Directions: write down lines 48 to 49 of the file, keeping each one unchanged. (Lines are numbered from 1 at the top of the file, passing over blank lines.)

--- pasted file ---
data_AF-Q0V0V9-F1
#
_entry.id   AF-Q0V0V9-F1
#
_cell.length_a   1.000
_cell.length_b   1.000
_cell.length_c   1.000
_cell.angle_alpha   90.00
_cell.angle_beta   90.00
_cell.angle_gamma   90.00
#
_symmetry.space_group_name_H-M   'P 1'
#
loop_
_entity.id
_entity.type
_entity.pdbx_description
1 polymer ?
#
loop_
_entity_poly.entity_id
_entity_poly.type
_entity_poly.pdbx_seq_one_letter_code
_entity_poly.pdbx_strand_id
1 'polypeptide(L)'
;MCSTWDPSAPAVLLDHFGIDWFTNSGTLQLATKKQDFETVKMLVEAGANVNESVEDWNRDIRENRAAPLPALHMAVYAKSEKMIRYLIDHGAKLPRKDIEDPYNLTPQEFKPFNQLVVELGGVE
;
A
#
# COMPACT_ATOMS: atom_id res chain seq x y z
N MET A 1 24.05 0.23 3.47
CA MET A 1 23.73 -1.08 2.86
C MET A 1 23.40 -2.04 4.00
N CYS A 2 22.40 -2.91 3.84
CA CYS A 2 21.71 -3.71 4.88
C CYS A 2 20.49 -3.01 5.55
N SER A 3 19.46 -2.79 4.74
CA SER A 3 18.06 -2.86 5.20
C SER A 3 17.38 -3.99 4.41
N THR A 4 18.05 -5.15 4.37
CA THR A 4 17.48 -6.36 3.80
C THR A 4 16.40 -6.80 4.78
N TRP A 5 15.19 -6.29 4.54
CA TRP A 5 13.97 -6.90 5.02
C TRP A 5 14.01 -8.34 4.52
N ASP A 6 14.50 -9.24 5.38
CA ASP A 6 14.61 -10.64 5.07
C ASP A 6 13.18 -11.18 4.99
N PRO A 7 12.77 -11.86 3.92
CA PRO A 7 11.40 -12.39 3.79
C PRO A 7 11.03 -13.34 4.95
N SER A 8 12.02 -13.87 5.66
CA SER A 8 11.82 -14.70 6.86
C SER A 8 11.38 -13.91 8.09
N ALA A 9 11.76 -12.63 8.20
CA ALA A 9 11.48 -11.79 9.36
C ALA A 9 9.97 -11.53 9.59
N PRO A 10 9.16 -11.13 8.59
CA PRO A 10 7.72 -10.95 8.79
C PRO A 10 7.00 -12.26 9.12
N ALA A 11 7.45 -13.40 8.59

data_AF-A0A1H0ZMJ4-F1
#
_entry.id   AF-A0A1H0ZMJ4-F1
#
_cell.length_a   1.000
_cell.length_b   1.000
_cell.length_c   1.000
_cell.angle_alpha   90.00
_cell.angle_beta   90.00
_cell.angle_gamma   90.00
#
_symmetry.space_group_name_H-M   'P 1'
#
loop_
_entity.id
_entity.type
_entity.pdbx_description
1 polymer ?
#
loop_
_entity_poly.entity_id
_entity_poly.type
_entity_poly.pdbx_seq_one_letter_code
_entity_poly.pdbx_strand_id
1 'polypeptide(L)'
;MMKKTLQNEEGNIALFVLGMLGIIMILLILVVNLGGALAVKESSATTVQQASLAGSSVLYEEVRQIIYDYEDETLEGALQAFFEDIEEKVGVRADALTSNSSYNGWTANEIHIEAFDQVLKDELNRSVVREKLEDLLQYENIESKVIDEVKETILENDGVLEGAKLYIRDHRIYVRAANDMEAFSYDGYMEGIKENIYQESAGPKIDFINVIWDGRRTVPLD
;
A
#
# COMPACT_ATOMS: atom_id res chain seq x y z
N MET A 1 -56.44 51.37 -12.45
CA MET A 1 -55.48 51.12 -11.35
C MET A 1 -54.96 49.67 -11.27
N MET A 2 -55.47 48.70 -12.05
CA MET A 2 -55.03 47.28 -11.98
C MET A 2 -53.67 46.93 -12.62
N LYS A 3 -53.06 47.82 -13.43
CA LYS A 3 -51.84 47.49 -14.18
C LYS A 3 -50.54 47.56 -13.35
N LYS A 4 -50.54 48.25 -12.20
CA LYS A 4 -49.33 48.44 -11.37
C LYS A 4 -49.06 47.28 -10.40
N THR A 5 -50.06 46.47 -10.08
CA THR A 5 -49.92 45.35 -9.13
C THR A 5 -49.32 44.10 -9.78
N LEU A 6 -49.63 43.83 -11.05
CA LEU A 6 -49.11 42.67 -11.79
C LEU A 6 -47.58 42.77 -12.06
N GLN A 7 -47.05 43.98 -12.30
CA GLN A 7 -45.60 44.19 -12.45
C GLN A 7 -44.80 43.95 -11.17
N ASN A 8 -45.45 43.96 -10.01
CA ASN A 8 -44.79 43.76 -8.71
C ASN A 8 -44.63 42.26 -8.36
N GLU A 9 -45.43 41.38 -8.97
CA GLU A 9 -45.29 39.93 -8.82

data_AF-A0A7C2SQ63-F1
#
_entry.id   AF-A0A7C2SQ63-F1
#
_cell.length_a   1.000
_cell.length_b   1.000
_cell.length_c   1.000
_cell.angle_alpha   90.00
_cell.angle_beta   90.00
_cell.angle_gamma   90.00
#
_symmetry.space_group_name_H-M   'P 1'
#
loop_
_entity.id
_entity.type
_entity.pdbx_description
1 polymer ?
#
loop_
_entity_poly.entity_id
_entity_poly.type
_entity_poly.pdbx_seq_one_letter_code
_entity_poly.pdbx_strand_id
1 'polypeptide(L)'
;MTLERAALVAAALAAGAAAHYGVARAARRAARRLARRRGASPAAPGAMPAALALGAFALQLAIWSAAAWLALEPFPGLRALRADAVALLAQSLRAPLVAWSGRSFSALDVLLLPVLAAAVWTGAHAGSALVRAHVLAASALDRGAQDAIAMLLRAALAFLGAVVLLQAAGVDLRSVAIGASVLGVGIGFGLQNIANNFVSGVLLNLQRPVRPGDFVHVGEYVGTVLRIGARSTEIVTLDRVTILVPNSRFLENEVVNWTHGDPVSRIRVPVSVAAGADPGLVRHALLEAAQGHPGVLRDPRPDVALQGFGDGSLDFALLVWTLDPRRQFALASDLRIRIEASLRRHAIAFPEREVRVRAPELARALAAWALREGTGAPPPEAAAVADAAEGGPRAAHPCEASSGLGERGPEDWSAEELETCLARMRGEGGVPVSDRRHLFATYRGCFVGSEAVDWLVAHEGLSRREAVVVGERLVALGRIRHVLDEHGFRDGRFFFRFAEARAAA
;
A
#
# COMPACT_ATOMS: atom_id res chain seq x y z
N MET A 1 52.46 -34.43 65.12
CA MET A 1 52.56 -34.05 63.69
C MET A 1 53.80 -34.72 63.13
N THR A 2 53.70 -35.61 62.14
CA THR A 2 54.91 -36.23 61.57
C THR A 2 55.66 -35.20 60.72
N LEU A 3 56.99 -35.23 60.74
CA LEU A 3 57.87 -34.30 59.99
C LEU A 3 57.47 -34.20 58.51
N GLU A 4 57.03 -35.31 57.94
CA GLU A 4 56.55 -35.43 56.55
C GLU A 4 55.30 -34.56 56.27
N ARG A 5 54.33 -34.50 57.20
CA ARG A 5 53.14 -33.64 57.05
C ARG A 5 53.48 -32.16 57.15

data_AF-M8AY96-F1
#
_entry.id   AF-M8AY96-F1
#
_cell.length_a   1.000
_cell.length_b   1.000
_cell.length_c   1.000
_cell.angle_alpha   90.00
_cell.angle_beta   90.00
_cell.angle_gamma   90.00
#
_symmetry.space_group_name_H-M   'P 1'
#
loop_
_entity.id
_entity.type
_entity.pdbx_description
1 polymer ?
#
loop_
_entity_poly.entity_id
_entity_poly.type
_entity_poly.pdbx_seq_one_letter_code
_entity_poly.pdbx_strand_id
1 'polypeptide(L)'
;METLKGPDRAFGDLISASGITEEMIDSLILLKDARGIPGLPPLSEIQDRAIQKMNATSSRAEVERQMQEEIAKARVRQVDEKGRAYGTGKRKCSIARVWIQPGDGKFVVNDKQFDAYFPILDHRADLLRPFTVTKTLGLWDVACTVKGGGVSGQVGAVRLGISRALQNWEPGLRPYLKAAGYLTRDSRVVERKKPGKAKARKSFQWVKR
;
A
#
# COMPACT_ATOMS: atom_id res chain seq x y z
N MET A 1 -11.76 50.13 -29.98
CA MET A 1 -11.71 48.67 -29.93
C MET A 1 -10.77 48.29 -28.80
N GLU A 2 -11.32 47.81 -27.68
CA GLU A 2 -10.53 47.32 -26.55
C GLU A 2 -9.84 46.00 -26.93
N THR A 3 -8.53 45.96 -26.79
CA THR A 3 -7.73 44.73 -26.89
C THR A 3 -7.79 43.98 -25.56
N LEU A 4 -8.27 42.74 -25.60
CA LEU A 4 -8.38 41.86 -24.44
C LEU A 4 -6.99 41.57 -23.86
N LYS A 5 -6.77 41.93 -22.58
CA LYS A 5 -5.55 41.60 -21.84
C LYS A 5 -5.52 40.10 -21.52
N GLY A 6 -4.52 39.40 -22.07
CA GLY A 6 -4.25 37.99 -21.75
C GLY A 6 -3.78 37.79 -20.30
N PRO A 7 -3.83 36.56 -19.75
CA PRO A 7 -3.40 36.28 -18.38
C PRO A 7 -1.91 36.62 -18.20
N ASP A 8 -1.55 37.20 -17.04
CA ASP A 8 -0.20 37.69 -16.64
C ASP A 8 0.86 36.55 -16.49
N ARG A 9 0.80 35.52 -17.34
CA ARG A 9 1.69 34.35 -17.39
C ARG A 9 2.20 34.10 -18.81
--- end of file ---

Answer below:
C ASP A 6 13.18 -11.18 4.99
N PRO A 7 12.77 -11.86 3.92